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Buy America Act

July 10, 2014

Is the Buy America Act hurting or helping our contractors?

By spending American money on American-made materials we can help balance the economy, however, what does this mean for contractors? Many argue both sides because there are a lot of facts to weigh and consider.

Basic Overview:

The Buy America Act came into effect in 1983 and was included as a provision in the American Recovery and Investment Act of 2009. This act applies to mass-transit related products and ensures that transportation infrastructure projects are built with American-made products. All steel or iron products used must be at least 90% American. Under this act it is required for contractors to submit a certificate of Buy America Act compliance which can represent false claims.

In the initial Guidance issued by NHTSA (Attachment “Buy America”) it states:

  • The Buy America Act, 23 U.S.C. § 313, prohibits States from using highway grant funds under 23 U.S.C. Chapter 4 to purchase products, unless they are produced in the United States. This prohibition applies to steel, iron and all manufactured products, unless the Secretary of Transportation has determined that it is appropriate to waive the Buy America Act requirement. There is no minimum purchase threshold that exempts the need for a waiver. For compliance purposes, American-made covers any product that is manufactured or assembled in the United States.
  • The FHWA, in its 1983 rulemaking, determined that Buy America did not apply to raw material and found that it was in the public interest to waive application of Buy America to manufactured products other than steel and iron manufactured products. Thus, in order for a manufactured product to be considered subject to Buy America, a product must be manufactured of at least 90% steel or iron content when it is delivered to the job site for installation.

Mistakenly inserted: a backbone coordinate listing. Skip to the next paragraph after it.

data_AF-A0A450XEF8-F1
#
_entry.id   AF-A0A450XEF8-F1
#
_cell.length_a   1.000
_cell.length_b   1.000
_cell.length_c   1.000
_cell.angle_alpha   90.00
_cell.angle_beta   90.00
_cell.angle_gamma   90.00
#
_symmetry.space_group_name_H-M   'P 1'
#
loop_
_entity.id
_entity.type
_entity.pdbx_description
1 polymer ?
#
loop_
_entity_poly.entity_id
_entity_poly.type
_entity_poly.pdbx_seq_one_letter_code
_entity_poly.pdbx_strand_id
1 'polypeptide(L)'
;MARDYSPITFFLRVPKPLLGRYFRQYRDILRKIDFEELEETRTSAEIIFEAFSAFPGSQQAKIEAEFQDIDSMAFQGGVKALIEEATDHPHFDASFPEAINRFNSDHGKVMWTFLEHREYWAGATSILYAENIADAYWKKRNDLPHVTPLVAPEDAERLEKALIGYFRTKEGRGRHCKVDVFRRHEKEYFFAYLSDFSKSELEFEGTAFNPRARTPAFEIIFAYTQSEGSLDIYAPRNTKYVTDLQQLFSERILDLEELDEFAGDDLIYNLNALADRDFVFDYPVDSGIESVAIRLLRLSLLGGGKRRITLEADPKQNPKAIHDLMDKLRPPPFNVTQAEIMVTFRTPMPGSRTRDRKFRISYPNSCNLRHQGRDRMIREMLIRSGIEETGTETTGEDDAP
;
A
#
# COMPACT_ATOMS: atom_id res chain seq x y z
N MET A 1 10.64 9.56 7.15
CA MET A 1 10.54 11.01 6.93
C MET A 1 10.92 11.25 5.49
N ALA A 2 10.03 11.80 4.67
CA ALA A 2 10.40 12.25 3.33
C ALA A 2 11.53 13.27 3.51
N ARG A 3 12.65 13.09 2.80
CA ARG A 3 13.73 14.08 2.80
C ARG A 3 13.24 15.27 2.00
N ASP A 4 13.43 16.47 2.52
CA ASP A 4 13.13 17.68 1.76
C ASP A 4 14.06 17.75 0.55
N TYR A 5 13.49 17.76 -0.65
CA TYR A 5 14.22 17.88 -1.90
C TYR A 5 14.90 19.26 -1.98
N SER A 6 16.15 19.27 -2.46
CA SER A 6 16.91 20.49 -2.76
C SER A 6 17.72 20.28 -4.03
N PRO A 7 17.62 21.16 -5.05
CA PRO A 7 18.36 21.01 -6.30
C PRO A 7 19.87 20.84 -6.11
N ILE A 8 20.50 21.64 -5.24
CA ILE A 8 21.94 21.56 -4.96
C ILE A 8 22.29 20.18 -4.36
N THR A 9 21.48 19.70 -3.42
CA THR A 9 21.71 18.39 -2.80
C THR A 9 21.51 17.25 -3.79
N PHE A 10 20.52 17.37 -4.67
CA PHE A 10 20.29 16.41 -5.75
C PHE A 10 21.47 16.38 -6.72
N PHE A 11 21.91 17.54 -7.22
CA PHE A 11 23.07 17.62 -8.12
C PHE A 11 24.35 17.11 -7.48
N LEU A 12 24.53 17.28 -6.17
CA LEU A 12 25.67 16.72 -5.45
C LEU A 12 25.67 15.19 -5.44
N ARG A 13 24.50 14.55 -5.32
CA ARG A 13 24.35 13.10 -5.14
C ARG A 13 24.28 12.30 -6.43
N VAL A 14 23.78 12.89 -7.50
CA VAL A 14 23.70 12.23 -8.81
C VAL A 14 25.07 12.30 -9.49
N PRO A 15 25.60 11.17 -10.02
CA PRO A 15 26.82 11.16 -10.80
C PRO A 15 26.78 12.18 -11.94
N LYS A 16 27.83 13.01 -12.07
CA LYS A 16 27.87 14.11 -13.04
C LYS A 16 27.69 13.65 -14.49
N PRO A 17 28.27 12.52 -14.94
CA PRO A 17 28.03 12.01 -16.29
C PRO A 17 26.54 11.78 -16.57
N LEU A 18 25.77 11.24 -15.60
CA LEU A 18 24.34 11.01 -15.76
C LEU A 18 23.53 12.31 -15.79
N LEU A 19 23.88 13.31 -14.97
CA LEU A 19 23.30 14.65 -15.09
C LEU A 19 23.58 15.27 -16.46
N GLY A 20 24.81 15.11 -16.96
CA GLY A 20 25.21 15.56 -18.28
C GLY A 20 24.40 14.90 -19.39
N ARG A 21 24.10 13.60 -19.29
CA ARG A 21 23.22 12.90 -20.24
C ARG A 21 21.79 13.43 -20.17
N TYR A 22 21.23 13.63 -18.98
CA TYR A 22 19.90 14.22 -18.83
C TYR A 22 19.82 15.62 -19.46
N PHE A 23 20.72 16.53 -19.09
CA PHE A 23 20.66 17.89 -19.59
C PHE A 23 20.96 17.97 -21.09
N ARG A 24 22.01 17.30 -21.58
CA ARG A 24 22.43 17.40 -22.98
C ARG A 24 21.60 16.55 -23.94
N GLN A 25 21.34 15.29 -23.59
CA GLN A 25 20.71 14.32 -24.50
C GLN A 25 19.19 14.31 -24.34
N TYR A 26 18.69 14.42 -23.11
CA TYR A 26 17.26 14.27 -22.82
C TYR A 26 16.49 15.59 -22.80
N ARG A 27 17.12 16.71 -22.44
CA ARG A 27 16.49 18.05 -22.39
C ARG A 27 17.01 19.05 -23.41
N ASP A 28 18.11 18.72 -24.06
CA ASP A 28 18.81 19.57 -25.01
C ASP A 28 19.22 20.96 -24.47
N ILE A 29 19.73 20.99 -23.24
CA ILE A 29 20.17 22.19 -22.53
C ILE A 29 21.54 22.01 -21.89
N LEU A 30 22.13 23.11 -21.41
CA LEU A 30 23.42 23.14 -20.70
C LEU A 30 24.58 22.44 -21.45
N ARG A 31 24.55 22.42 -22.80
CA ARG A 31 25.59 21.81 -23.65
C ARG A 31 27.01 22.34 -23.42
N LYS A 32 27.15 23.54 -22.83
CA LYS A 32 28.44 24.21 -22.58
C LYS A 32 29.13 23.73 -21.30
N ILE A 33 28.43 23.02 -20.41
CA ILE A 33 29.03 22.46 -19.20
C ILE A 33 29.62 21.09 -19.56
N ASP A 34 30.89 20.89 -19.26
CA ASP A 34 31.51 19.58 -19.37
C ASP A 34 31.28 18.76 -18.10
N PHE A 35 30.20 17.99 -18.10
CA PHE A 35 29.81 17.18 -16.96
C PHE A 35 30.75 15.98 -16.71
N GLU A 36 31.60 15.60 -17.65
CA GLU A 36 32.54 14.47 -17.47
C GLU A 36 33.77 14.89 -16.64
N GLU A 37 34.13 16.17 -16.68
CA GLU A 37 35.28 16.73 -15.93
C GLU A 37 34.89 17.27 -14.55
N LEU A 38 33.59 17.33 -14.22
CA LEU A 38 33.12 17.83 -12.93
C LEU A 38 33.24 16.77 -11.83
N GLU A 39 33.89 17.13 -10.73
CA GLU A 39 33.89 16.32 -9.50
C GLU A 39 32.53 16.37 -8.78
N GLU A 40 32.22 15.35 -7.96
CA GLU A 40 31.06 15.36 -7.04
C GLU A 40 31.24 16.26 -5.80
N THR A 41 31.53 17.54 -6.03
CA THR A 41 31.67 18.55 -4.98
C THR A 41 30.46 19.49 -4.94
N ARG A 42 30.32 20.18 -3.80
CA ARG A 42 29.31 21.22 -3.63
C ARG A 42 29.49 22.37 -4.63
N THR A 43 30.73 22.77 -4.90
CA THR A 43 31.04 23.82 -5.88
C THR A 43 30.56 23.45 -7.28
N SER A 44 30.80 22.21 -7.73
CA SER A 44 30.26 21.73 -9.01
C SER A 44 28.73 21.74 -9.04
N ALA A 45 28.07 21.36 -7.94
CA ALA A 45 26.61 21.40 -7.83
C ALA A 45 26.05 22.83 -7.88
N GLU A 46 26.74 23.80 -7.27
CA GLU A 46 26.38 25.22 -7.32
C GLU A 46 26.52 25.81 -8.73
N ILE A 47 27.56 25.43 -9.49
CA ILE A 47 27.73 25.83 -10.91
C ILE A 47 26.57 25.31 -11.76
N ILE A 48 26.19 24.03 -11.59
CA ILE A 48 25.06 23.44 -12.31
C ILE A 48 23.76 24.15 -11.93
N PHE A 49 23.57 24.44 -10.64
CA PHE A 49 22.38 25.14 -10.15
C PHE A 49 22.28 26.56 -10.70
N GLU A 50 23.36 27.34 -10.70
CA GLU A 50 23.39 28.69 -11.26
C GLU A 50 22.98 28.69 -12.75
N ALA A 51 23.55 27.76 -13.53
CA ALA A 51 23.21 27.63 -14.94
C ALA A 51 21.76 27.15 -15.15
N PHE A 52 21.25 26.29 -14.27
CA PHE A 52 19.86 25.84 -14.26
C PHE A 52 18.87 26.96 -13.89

• Lack of adequate domestic supply resulted in a 1995 nationwide waiver for iron ore, pig iron, and reduced/processed/pelletized iron ore. In 1994, a nationwide waiver for specific ferryboat parts came into effect.
  • Now, only applies to iron and steel products and their coatings that are to be permanently incorporated into the project.

For contractors, this could either seriously hurt or help them in business. Although it is required for them to fill out a Buy America confirmation form holding them liable, there could still be those who outsource for materials in order to get them at a cheaper rate and be able to outbid other contractors. Also, contractors who do business overseas could lose business on projects they otherwise would have been competitive on.

This act was in effect for over 20 years but was often over looked. With the reinstatement of this act in the Obama Stimulus during the economic crisis many controversies have arisen and exceptions have been made.


Three exceptions are:

1) Iron, steel or manufactured goods are not produced in the United States in sufficient and reasonably available quantities and of satisfactory quality.

2) Inclusion of iron, steel or manufactured goods produced in the United States will increase the cost of the project by more than 25 percent.

3) Applying the Buy American restriction is inconsistent with the public interest.

Controversy sparked from these exceptions due mostly to:

  • The lack of definition and the vagueness in the explanation of these exceptions.
  • It is unclear how much of the produced good would qualify it as “sufficient quantities and satisfactory quality.”
  • The debate of whether 25% higher cost pertains to the total project cost or just the products needed.
  • Finally, there is an issue of being “inconsistent with the public interest.” This can be interpreted in a variety of ways but has never been used to challenge this act.

This act is meant to ensure that American businesses reap the benefits of the Obama Administration’s investments in transportation and for construction contractors, subcontractors and suppliers to help stabilize the American economy.

As an organization that has a role in the construction industry, we hope this act will help level our economy and generate an increased demand for these products in order to benefit those that supply the goods needed to improve our community.

To learn more or read the articles this information was obtained from visit:

From → Construction

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